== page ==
Dead Dog in a Suitcase (and Other Love Songs) review: London’s underbelly dragged into the modern world

The Beggar’s Opera (1728) is the gift that keeps on giving. John Gay’s satire of London’s underbelly has never waned in popularity and was, of course, memorably adapted by Brecht/Weill into The Threepenny Opera (1928). Now it’s the turn of those Cornish mischief makers Kneehigh, whose 2014 updating of the piece returns to the capital as prescient and relevant as ever.

Gay created a story so grubby that it makes spectators long for a purifying warm shower. Carl Grose (writer) and Charles Hazlewood (composer) achieve the same effect here with their depiction of a venal, degraded world full of lying cheats, where even the good and innocent such as “pretty” Polly Peachum (Angela Hardie) wise up pretty quickly.

Her father Les Peachum (Martin Hyder) and his wife Mrs P (Rina Fatania, revelling in her “brains-behind-the-operation” role) run an expansive crime empire, which requires the services of that eternal criminal Macheath (Dominic Marsh) to do away with the upstanding mayor. Awkwardly, Polly has also just married Macheath in secret.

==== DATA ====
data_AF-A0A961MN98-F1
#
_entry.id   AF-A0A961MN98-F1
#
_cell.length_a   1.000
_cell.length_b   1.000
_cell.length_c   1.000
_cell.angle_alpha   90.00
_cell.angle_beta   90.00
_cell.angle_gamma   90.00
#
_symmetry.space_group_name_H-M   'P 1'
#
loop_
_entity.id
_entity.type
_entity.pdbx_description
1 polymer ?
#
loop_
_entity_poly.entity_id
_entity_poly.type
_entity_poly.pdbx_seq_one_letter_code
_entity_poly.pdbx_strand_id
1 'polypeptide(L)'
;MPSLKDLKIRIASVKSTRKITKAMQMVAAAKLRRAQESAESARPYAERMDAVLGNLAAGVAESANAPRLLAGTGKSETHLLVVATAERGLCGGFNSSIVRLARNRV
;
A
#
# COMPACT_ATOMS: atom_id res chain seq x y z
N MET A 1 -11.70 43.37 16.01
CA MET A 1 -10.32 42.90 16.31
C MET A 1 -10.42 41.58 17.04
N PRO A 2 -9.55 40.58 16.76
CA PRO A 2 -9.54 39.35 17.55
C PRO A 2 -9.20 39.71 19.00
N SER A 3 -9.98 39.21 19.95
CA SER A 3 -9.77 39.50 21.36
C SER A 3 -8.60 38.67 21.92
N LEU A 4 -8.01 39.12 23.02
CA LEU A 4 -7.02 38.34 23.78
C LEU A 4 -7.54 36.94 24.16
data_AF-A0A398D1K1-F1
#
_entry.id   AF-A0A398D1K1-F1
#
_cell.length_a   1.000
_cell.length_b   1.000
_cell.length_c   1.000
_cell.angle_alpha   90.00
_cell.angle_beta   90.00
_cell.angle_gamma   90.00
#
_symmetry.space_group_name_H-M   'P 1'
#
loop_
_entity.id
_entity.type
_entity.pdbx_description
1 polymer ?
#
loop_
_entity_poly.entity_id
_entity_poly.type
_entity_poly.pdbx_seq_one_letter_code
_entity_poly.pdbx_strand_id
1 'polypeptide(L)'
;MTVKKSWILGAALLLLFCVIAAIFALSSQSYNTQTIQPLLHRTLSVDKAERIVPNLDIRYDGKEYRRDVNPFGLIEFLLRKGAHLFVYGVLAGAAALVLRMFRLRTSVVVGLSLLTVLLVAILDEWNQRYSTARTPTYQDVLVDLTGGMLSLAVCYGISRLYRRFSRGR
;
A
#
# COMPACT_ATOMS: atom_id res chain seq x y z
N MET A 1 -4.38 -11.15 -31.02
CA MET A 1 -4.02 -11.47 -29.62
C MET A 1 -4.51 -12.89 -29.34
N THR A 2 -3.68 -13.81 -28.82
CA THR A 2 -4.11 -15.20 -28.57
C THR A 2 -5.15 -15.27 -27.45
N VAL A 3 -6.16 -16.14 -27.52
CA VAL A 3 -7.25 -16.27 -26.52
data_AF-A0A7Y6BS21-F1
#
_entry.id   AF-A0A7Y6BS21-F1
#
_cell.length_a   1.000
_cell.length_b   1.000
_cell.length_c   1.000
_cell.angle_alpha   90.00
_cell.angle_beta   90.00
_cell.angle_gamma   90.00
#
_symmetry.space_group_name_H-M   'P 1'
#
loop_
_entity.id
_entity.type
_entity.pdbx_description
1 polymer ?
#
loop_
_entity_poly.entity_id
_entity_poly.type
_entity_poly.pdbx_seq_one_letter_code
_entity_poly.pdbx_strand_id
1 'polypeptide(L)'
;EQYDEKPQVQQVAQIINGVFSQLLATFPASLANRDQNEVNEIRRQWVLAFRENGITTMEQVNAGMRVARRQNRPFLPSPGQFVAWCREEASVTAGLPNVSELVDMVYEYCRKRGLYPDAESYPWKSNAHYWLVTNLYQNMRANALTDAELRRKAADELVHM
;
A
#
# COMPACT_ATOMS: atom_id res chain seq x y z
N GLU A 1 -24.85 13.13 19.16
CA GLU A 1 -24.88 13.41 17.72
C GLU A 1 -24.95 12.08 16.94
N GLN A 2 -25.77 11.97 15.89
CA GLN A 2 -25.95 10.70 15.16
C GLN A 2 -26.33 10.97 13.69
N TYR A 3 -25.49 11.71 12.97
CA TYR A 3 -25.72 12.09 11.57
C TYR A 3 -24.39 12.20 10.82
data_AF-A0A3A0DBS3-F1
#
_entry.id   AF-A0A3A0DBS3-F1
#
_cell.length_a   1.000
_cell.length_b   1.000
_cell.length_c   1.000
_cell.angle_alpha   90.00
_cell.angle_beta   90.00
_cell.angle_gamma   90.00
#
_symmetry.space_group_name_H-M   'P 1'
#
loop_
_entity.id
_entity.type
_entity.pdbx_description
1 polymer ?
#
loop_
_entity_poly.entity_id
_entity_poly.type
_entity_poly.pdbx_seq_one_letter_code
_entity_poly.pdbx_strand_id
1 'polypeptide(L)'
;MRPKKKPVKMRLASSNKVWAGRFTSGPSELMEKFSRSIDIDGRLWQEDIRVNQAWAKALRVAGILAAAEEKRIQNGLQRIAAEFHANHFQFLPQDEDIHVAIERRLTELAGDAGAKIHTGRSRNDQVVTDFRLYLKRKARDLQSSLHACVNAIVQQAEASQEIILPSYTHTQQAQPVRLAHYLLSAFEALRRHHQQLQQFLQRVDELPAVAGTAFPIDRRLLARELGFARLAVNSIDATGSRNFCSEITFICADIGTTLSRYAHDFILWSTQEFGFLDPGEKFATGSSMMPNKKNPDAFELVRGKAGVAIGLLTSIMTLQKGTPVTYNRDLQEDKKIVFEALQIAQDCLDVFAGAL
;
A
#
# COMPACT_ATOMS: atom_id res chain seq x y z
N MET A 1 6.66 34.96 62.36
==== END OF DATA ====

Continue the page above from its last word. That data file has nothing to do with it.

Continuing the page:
Michael Vale’s playfully industrial-looking set has layers of scaffolding and a slide, down which the exuberant cast hurl themselves with abandon. There’s a robust energy to Mike Shepherd’s production, which carries overtones of Arturo Ui and the Keystone Cops. Grose describes his vision as a “kind of end-of-the-world end-of-the-pier show” and, accordingly, a Punch and Judy show, that perennially creepy “entertainment”, flanks the action in a flurry of shouting and hitting.

Hazelwood’s wide-ranging score moves from plaintive to angry, with a lovely lament of “I’d do the right thing, if only I could” from Filch (Georgia Frost, terrific), the Peachums’ put-upon skivvy. Trouble is, no character here manages this.

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